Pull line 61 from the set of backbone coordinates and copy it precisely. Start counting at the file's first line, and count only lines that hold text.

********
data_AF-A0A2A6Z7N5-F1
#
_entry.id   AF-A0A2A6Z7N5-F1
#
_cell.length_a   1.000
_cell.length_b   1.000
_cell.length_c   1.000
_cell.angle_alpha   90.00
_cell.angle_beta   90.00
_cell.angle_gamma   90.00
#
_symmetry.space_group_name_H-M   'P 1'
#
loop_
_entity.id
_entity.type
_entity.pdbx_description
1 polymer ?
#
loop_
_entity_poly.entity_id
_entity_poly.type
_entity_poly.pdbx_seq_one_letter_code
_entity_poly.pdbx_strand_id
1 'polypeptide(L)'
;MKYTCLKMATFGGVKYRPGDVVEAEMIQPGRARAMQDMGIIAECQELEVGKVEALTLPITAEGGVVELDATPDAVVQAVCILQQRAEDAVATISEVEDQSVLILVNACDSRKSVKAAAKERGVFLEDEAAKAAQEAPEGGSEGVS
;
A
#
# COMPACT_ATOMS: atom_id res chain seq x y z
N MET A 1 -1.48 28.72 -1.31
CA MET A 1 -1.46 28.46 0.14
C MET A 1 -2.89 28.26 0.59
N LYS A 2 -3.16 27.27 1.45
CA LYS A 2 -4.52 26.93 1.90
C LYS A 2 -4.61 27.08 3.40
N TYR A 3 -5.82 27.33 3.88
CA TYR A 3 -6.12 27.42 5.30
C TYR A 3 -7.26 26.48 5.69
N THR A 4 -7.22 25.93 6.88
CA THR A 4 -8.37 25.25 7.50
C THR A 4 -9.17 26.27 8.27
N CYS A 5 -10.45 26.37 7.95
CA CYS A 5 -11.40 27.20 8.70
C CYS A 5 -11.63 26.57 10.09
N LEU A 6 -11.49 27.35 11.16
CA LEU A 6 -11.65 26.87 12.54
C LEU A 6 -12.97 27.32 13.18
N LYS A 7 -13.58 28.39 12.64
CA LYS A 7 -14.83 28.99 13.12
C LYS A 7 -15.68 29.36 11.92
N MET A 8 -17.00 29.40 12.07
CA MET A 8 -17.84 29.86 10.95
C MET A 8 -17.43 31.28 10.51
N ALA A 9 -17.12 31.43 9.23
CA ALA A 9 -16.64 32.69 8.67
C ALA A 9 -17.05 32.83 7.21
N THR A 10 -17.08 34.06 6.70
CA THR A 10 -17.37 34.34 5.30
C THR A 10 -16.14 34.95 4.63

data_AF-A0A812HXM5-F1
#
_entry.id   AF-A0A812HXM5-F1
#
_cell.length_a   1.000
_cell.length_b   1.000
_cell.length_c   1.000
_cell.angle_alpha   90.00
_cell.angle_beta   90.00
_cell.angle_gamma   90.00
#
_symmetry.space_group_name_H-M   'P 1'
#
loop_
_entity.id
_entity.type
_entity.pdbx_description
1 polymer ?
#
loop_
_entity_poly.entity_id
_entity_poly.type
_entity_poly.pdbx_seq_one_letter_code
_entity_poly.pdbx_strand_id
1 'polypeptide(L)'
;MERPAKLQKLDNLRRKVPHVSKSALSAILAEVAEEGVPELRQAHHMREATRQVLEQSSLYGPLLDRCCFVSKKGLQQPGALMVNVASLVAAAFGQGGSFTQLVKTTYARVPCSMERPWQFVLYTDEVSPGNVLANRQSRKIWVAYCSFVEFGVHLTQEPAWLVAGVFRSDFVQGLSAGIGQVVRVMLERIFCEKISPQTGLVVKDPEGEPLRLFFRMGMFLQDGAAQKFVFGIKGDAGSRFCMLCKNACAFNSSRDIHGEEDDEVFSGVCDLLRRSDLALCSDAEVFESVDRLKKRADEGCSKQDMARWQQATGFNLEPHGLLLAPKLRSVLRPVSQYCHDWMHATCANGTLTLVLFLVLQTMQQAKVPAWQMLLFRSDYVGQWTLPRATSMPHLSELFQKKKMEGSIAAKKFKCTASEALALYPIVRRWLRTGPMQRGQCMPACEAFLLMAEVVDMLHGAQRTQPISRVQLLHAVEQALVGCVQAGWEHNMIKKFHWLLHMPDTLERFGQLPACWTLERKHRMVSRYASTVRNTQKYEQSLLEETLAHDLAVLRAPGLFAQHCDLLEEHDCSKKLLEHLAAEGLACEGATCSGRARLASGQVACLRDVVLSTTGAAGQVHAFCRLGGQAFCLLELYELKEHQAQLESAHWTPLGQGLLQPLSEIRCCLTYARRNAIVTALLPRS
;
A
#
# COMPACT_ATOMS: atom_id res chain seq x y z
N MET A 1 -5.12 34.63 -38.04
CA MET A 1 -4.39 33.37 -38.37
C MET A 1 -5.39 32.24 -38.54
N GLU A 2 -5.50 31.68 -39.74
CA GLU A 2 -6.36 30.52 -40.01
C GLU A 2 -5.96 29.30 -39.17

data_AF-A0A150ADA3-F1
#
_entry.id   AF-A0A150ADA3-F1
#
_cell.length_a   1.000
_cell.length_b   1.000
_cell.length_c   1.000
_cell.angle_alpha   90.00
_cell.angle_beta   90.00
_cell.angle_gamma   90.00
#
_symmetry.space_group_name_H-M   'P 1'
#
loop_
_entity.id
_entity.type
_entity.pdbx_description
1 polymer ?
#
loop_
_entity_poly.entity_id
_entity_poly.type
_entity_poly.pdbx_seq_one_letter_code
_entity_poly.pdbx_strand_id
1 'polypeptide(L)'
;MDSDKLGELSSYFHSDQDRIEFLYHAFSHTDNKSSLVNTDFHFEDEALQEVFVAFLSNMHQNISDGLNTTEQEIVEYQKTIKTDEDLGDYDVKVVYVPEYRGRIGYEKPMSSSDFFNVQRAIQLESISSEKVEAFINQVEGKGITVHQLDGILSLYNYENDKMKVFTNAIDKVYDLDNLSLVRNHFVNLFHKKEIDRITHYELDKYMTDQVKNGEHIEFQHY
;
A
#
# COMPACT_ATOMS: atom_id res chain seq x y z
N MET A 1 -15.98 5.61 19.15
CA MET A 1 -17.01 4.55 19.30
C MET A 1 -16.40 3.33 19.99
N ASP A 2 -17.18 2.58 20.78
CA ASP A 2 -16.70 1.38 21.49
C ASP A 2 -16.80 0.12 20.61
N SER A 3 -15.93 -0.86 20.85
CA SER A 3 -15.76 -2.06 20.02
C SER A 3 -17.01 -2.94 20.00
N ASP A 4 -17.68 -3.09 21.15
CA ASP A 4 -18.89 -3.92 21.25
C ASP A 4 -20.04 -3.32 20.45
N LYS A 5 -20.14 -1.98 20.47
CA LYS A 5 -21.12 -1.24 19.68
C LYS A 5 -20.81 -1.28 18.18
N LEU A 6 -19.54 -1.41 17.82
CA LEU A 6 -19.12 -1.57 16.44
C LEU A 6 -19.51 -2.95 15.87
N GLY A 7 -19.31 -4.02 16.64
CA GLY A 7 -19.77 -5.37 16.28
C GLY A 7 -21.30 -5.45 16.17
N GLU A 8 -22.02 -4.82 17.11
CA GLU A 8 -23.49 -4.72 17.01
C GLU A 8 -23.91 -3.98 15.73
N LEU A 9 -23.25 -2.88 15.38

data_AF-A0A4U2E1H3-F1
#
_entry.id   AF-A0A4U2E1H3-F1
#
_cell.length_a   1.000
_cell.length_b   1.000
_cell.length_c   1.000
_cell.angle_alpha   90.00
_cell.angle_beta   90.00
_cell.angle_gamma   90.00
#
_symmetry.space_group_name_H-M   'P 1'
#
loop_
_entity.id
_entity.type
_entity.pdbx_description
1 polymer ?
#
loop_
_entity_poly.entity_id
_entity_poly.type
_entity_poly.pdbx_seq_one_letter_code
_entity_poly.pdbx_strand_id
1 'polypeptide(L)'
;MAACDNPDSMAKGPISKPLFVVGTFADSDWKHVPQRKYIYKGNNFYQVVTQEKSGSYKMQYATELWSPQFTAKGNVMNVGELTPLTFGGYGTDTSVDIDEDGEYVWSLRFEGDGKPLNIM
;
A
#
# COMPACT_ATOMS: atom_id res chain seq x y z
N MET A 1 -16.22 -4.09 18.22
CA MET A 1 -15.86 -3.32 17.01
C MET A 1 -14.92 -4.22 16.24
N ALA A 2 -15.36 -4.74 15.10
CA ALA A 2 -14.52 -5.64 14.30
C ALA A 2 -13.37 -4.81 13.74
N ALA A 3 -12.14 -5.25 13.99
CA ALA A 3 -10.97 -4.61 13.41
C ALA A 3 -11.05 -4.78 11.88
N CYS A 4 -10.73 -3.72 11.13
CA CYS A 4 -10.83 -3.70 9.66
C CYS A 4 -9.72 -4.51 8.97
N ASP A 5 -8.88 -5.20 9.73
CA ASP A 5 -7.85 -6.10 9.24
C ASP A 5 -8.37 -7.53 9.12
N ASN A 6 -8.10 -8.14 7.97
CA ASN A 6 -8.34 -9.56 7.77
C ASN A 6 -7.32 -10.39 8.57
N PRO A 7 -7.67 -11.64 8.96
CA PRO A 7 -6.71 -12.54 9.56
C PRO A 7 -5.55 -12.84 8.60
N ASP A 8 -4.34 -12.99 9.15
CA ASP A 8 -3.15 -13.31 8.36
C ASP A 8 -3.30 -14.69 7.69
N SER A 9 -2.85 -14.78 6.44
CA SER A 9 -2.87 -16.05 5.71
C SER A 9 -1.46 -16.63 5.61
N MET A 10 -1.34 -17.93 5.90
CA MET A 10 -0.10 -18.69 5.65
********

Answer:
data_AF-A0A812HXM5-F1